HBO and HBO Max combined in an effort to bring the total number subscribers to 36.3 million subscribers by the end of June, John Stankey, AT&T's CEO, told analysts on the company's earnings call. (AT&T owns WarnerMedia, CNN's parent company).
The combination exceeded its goal, although HBO Max may not have had as eye-popping a debut as Disney+, which brought in 10 million subscribers on day one and 50 million in roughly five months. But 4 million sign ups in the combined service's first month puts HBO Max solidly on track for its initial projections.
AT&T said last year that the service will have 50 million subscribers in the United States by 2025.
HBO Max was able to procure four million subscribers in a month without being offered on Roku and Amazon Fire TV — two of the most popular devices that consumers use to watch streaming services.
"We've tried repeatedly to make HBO Max available to all customers using Amazon Fire devices," Stankey told analysts on Thursday. "Unfortunately, Amazon has taken an approach of treating HBO Max and its customers differently than how they've chosen to treat other services and their customers."
Streaming services have seen a boost thanks to the coronavirus pandemic, which has forced millions to stay home and upended Hollywood by delaying films and shuttering theaters. For example, Warner Bros.' "Tenet," a thriller from Christopher Nolan, was delayed again earlier this week. It was originally supposed to open on August 12.
Stankey told investors that "theatrical still has an absolute important role moving forward," but opened the door to allow more titles to make their way to viewers in their homes.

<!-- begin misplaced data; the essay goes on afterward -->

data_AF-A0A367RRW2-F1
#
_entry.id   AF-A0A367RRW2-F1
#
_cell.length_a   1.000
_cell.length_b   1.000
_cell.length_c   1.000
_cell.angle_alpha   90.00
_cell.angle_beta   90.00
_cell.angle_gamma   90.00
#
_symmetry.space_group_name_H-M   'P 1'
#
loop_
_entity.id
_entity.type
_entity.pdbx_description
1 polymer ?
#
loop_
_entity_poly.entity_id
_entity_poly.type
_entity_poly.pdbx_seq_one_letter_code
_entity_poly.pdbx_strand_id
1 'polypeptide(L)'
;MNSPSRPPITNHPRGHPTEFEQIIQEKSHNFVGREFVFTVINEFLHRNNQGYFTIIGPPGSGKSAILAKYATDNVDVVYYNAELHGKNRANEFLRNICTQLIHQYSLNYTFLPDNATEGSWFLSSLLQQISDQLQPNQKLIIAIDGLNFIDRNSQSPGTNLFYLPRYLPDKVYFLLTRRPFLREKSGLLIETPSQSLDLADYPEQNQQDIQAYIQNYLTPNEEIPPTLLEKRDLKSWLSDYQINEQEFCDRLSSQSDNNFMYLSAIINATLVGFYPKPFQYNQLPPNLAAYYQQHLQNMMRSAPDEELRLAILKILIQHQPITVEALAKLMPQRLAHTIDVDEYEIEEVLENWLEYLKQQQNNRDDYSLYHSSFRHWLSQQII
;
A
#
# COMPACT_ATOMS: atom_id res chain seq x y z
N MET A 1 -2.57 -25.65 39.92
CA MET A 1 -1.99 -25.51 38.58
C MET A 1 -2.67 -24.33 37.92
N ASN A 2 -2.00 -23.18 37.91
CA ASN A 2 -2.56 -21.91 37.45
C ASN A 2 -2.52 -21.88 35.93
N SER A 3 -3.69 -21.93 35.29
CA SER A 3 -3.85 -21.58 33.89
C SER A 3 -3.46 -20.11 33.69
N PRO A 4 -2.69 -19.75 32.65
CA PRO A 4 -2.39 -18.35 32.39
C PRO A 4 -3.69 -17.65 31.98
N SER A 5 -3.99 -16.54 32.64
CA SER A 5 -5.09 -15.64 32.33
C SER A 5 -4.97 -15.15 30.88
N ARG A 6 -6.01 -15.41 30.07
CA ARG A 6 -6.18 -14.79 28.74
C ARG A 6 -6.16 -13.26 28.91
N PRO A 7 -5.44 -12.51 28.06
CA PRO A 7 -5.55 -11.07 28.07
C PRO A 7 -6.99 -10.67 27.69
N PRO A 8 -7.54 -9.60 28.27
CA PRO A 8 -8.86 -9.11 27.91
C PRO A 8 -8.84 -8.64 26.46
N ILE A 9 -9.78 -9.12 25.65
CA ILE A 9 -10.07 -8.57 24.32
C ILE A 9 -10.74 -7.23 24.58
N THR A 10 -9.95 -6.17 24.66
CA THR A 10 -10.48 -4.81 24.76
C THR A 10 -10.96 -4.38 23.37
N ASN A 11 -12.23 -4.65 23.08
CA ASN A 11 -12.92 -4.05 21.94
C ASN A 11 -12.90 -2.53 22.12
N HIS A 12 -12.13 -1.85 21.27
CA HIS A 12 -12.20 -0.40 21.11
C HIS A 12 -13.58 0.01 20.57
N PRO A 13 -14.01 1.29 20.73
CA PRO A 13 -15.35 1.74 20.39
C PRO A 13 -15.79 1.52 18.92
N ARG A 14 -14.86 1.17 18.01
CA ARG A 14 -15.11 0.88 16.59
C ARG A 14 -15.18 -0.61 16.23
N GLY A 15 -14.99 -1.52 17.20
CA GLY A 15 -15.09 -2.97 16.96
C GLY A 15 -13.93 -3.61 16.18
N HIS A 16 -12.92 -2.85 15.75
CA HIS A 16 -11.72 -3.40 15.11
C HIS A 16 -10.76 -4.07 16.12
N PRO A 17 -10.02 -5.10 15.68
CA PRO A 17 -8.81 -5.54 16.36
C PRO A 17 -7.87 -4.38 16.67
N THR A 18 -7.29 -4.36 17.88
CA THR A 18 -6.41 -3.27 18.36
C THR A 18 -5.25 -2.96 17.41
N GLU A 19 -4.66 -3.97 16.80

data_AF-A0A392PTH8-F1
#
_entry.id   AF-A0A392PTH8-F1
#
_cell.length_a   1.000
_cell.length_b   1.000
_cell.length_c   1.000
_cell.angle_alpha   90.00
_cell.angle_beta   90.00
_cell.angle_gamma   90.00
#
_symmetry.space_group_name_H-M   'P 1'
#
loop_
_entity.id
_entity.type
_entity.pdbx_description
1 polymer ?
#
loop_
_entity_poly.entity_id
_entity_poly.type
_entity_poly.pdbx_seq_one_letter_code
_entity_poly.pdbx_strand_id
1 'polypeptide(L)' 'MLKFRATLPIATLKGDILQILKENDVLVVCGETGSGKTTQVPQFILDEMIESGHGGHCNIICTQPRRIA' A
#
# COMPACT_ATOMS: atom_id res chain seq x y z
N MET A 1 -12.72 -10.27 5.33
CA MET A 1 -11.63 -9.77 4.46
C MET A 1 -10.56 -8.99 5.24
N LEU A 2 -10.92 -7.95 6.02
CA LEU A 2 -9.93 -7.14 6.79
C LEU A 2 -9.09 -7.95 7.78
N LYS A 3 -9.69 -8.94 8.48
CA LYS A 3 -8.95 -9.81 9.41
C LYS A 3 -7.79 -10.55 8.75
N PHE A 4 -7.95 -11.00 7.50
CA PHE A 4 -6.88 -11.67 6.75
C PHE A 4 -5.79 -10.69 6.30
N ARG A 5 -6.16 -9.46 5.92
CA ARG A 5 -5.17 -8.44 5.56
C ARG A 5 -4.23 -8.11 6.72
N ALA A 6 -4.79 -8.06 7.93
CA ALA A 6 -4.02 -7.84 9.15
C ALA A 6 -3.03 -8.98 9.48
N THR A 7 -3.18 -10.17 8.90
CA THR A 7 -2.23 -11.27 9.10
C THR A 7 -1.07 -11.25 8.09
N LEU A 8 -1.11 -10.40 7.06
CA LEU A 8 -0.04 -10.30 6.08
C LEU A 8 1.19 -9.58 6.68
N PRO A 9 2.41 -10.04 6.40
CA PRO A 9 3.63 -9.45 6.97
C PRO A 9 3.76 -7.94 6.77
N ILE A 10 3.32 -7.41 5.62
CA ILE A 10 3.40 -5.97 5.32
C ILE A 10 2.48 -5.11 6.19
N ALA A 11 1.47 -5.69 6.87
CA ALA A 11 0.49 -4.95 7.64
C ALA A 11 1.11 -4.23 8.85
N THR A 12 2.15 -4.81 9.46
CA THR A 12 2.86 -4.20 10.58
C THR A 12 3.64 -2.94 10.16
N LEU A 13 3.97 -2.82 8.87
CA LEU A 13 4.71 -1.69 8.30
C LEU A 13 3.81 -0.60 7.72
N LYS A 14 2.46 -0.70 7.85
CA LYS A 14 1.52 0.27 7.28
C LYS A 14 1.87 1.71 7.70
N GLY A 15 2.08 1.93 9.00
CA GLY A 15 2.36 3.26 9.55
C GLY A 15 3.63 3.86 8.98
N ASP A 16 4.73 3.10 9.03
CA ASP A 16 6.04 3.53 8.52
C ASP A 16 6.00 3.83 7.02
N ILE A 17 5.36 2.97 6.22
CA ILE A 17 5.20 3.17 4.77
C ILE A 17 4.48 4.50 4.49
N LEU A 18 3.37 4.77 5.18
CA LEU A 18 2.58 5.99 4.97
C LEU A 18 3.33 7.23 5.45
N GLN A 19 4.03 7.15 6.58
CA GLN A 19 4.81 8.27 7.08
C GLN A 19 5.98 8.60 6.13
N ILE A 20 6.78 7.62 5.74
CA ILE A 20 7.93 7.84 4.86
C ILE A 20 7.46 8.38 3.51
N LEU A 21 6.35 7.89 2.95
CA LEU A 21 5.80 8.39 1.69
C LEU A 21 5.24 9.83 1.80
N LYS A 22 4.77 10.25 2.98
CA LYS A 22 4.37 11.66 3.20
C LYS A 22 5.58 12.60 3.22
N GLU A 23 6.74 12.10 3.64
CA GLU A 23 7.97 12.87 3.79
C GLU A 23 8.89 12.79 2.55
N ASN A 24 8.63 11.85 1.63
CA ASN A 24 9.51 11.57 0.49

"I don't know when theaters are going to reopen. Just like I'm not sure I can say I know exactly when schools are going to reopen and what the circumstances are going to be around it," he said. "There's no question that the longer this goes on, there's going to be some content on the margin that we look at and say it may be better served to be distributed in another construct."
HBO Max has an extensive content library that pulls programming from WarnerMedia's premium cable network, HBO; the company's nearly 100-year-old film and television studio, Warner Bros.; and cable channels including TNT, TBS, and Turner Classic Movies.
The service costs $14.99 a month, making it twice as much as Disney+ and more than Neflix's standard plan, which costs $12.99 per month.
Bob Greenblatt, chairman of WarnerMedia entertainment and direct-to-consumer, explained to CNN Business in May why the service is worth the price.
"It is a highly curated platform, made up of the entire HBO service, as well as a deep library from the Warner Bros. film and television libraries, third-party acquisitions, and an enormous new slate of original production that we call the Max Originals," he said. "Twice the content of HBO for the same price.